• Temperature: 210ºF
  • Time: 5-8 minutes

7. Pu-erh Tea

Pu-erh (pronounced POO-air) tea is a fermented tea named after China’s Yunnan Province. You can think of pu-erh as a fine wine that has been aged, making it a cherished delicacy throughout the East.

Aside from its rich taste, pu-erh has been studied for its ability to reduce cholesterol, aid in weight loss, and promote cardiovascular health.

Steeping Temperature and Time

  • Temperature: 210ºF
  • Time: 3-4 minutes

Additional Instructions: Pu-erh tea can be steeped several times after the first steeping. Also, Chinese tradition requires that these leaves be rinsed for a few seconds with cold water before steeping.

8. Earl Grey Tea

Earl grey tea is black tea flavored with the oil from the rind of a bergamot orange. Along with the anticancer and anti-inflammatory benefits that black tea offers, bergamot oil has also been shown to improve mood and reduce anxiety. Bergamot essential oil has also shown to lessen pain in cancer patients.

Steeping Temperature and Time

  • Temperature: 200-210ºF
  • Time: 3-5 minutes

9. Sencha Tea

Sencha tea is green tea whose leaves grow in full sunlight and are harvested while they’re still young. They are then steamed immediately to prevent oxidation. By doing this, most of the antioxidants – namely catechins – are preserved, making sencha tea a potent anticancer beverage.

Green teas like senna are also associated with improved cardiovascular markers and improved glucose metabolism.

Steeping Temperature and Time

  • Temperature: 165ºF
  • Time: 1 minute

10. Darjeeling Tea

While most Darjeeling tea is marketed as “black” tea, it’s not as oxidized as full black tea. However, because it comes from the Camellia sinensis plant like green and black teas, many similar benefits are seen. These include anti-aging and anti-cancer effects, as well as the ability to inhibit bad bacteria like H.pylori.

The main difference you’ll notice with Darjeeling tea is that the taste is lighter and more floral than deeper, more robust black tea.

Steeping Temperature and Time

  • Temperature: 195-210ºF
  • Time: 3-5 minutes

11. Matcha Tea

If you’re looking for a tea rich in anti-aging antioxidants, look no further than matcha green tea.

Studies show that matcha contains roughly 137 times the amount of epigallocatechin gallate (EGCG) than regular green tea, making it an antioxidant powerhouse.

Benefits include antitumor activity, anti-inflammatory effects, anticancer effects, improved skin health, and weight loss.

Steeping Instructions

  • Temperature: 175ºF
  • Time: 1 minute

Additional Instructions

Matcha brewing is different from other tea steeping methods. To get the perfect cup of tea, follow the instructions below.

Step 1: Heat water to just short of boiling

Step 2: Add a few drops of hot water to your matcha (1 teaspoon) in your mug. Mix until a paste forms.

Step 3: Add more hot water (6 ounces) to your paste and whisk with your matcha whisk for a minute.

Step 4: Sip!

12. Assam Tea

Assam tea is a black tea hailing from India and the Camellia sinensis var. assamica plant. It contains a range of minerals and antioxidants that help prevent DNA damage.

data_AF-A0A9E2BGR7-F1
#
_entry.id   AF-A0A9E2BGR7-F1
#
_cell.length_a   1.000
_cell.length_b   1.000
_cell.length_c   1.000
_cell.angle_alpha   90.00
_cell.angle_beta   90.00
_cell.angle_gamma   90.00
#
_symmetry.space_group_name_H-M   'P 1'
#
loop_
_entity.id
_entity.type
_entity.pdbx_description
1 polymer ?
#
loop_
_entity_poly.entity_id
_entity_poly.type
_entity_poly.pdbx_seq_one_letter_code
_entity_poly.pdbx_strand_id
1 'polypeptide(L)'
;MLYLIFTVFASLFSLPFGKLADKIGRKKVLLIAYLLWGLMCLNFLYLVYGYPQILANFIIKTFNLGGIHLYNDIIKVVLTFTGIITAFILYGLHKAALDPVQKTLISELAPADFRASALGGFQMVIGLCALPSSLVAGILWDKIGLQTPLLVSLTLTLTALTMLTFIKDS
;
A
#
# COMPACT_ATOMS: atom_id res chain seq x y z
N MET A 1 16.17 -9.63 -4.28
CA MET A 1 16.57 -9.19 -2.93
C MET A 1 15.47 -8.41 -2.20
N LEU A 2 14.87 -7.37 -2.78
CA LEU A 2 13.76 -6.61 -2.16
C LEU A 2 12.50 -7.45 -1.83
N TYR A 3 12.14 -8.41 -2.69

Studies also show that it can help prevent diabetic neuropathy (damage to kidneys caused by diabetes).

Assam tea is also rich in theaflavins, which have been shown to reduce delayed onset muscle soreness to aid in recovery from workouts.

Steeping Temperature and Time

  • Temperature: 195-205ºF
  • Time: 2 minutes

13. Chamomile Tea

Chamomile tea is an herbal tea made from the dried flowers of the Chamomilla recutita and Chamaemelum nobile plants. It is one of the most ancient herbs known to mankind, and its list of benefits is astounding.

Chamomile has been shown to reduce swelling as well as treat wounds, ulcers, eczema, gout, skin irritations, bruises, burns, canker sores, neuralgia, sciatica, rheumatic pain, and hemorrhoids. It is also a powerful relaxant, able to help treat insomnia and reduce anxiety.

Steeping Temperature and Time

  • Temperature: 200ºF
  • Time: 5 minutes

14. Tulsi Tea

Tulsi is an adaptogenic herb that plays a large role in the ancient Indian medicine system of Ayurveda. It helps the body adapt to stress in a way that reduces its negative effects, and also acts as an antimicrobial and can help heal wounds.

Studies show it can also help protect organs against chemical stress from pollutants and heavy metals and physical stress from prolonged physical exertion and exposure to cold and excessive noise.

Steeping Temperature and Time

  • Temperature: 200-210ºF
  • Time: 3-5 minutes

15. Yerba Mate

Yerba mate tea is made from the twigs and leaves of a plant in South America called Ilex paraguariensis. It is rich in several antioxidant compounds, like theobromine, that are also found in raw cacao.

These compounds act as stimulants that give you energy without the jitters (great if you’re looking for a natural coffee substitute), and can also help improve mental performance.

Yerba mate is also rich in minerals and contains seven out of the nine essential amino acids.

Steeping Temperature and Time

  • Temperature: 160-180ºF
  • Time: 4-5 minutes

Additional instructions: Traditionally, yerba mate is prepared and sipped from a gourd. If you can get your hands on one, you might want to dabble in ancient tradition and sip your yerba mate from it.

Watch this video –The Guide to Make the Perfect Cup of Tea

Written by Megan Patiry

Author Bio:

Megan is an inquisitive nutrition and wellness writer harboring an editorial love affair with the decadent and the nutritious. She is a dedicated researcher in all areas of ancestral health, a certified specialist in fitness nutrition, personal trainer, and professional almond milk latte addict.